Thanks to the generosity of his community, Brady Hohl can see clearly now.
The nine-year-old Wauseon boy, whose parents spearheaded a fundraising campaign last year to get him an eSight device, is now excitedly exploring the world with his new, enhanced vision. Since receiving the $15,000 electronic headset Jan. 6, Brady has reveled in the first clear sights of his parents, Melissa and Jeremy, his siblings, Nikolas and Mia, and even his dog, Nala.
“He got to see his dad’s face and his brother’s and sister’s faces for the first time, clearly,” Melissa Hohl said. “His face just lit up. He just loved it. It was very emotional for everybody.”
Diagnosed soon after birth with Norrie Disease, a rare genetic disorder that includes detached retinas, Brady endured four surgeries over one year to stabilize what limited sight he had. However, the disease had the ability to render him completely blind by age 14 and cause hearing and developmental problems.
The disorder limited his vision to one inch or less in front of him, excluding him from participating in normal childhood activities such as movies, baseball games, and the circus.
That has changed with eSight which, paired with glasses, gives Brady vision up to 15 feet through a high-speed camera that captures his surroundings in real time. The device can also be plugged into a television or laptop computer to see those images.
“He’s just so excited. He’s loving to explore with it. He’ll have so many ‘firsts,’” his mother said.
After meeting with an eSight representative last April, the Hohls ramped up their fundraising campaign to get Brady the headset. With the help of people and organizations throughout northwest Ohio, including the Fraternal Order of Eagles in Delta, VFW Post 7424 in Wauseon, Montpelier Police Chief Dan McGee, and Popcorn Palace of Naperville, Ill., the Hohls held rummage sales, dinners, auctions, and a popcorn sale in 2016. They also accepted private and business donations, set up a GoFundMe account, opened a fundraising Facebook page, and started the Brady eSight Fund through PNC Bank.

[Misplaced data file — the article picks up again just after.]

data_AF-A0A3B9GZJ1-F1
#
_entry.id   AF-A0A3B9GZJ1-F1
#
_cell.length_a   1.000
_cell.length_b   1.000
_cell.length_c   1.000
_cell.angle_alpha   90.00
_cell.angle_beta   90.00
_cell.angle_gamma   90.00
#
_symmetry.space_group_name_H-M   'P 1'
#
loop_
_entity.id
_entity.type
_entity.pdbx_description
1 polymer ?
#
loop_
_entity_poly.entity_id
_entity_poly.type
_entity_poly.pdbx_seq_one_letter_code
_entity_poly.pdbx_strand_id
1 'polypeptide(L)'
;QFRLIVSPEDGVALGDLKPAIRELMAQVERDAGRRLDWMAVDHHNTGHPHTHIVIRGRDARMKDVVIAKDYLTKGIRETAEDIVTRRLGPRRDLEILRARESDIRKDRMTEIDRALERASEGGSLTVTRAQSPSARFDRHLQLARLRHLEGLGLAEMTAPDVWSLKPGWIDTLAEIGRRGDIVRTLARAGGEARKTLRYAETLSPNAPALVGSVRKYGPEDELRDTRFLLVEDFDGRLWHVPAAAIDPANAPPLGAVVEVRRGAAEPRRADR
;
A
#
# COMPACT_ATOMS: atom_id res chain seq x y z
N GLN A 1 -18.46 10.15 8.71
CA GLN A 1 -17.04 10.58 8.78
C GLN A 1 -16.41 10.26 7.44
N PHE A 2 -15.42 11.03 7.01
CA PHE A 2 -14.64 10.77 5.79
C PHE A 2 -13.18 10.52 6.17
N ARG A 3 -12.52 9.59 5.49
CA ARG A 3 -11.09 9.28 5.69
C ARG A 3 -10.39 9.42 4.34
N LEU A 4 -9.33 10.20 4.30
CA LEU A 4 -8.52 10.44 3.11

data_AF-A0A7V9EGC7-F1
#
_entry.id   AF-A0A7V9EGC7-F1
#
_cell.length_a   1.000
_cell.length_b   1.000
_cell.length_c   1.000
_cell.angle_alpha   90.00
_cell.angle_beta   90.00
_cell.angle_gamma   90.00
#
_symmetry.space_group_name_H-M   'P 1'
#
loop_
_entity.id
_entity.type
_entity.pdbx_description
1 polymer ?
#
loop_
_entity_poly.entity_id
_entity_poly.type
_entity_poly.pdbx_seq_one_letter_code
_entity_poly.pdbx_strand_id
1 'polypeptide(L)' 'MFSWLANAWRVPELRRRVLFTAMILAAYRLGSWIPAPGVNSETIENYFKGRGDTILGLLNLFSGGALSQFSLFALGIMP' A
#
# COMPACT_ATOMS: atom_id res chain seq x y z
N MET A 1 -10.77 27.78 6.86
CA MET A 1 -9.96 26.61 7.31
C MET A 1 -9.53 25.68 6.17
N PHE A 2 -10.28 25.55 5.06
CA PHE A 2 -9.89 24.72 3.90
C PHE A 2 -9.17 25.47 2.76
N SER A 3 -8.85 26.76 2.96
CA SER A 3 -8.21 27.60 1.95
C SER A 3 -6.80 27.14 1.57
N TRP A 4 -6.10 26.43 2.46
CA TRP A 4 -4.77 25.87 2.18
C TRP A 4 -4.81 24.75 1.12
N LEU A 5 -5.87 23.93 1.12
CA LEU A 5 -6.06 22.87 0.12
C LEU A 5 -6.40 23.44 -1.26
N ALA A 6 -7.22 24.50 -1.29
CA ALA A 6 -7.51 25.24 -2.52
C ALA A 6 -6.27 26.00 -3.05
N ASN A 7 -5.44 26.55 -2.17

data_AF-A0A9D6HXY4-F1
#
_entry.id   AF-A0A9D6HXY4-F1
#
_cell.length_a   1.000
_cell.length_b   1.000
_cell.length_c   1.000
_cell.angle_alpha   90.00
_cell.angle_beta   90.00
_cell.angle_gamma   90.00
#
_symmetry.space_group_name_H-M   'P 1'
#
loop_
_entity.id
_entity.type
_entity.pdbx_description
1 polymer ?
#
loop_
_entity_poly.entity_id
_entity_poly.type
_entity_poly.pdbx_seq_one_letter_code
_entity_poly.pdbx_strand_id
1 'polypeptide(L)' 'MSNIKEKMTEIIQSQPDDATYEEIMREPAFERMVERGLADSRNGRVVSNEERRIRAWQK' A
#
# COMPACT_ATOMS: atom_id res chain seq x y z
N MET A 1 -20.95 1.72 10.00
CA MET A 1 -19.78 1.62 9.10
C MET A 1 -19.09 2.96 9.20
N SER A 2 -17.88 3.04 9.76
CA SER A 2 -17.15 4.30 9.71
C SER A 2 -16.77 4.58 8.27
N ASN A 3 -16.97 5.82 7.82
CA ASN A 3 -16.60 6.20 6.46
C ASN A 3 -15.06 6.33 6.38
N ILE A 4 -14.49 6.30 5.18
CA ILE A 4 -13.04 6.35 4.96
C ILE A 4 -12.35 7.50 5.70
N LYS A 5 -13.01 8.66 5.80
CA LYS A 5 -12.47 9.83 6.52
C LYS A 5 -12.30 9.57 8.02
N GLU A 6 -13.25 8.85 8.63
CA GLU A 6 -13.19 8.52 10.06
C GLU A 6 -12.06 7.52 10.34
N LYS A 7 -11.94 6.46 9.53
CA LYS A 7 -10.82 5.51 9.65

An eSight representative contacted the Hohls on Dec. 22 to tell them Brady would receive the headset.
Since then, he has gone on a shopping trip to Walmart and visited the public library in Rossford. “He could not get enough of the library. He didn’t want to leave there,” Melissa Hohl said.
There can be side effects as Brady adapts to the headset. He has become dizzy from walking, and has been advised he could experience headaches. He often takes a break from using the device to avoid being overwhelmed, and has yet to wear it to school.
“We definitely keep telling him, ‘Take smaller steps,’” his mother said.
It’s been a transition for the entire family, she said, adding, “To be able to see him see the way he does, (and) just to know that your life changes…our lives have changed forever.”
Jeff Fenton, an eSight spokesperson, said the Canadian company operates with the premise that everyone deserves to see. He said experiences like Brady’s only strengthen its cause.
“It’s stories like this that motivate us, encourage us, drive us to do what we do,” Fenton said. “There are magical moments…that we live for, but it’s much deeper than that. With stories like his we’re especially motivated because we want him to be able to live on a level playing field.”
Melissa Hohl said none of it would have been within reach without the enthusiastic help of the community.
“We have had support from Wauseon to Montpelier, and all the communities in-between,” she said. “Without all of them, this wouldn’t be possible. We couldn’t have accomplished this goal as quick as we did. We extend a huge thank you to everyone. We’ve had the support of so many communities standing behind us.”
David J. Coehrs can be reached at 419-335-2010.
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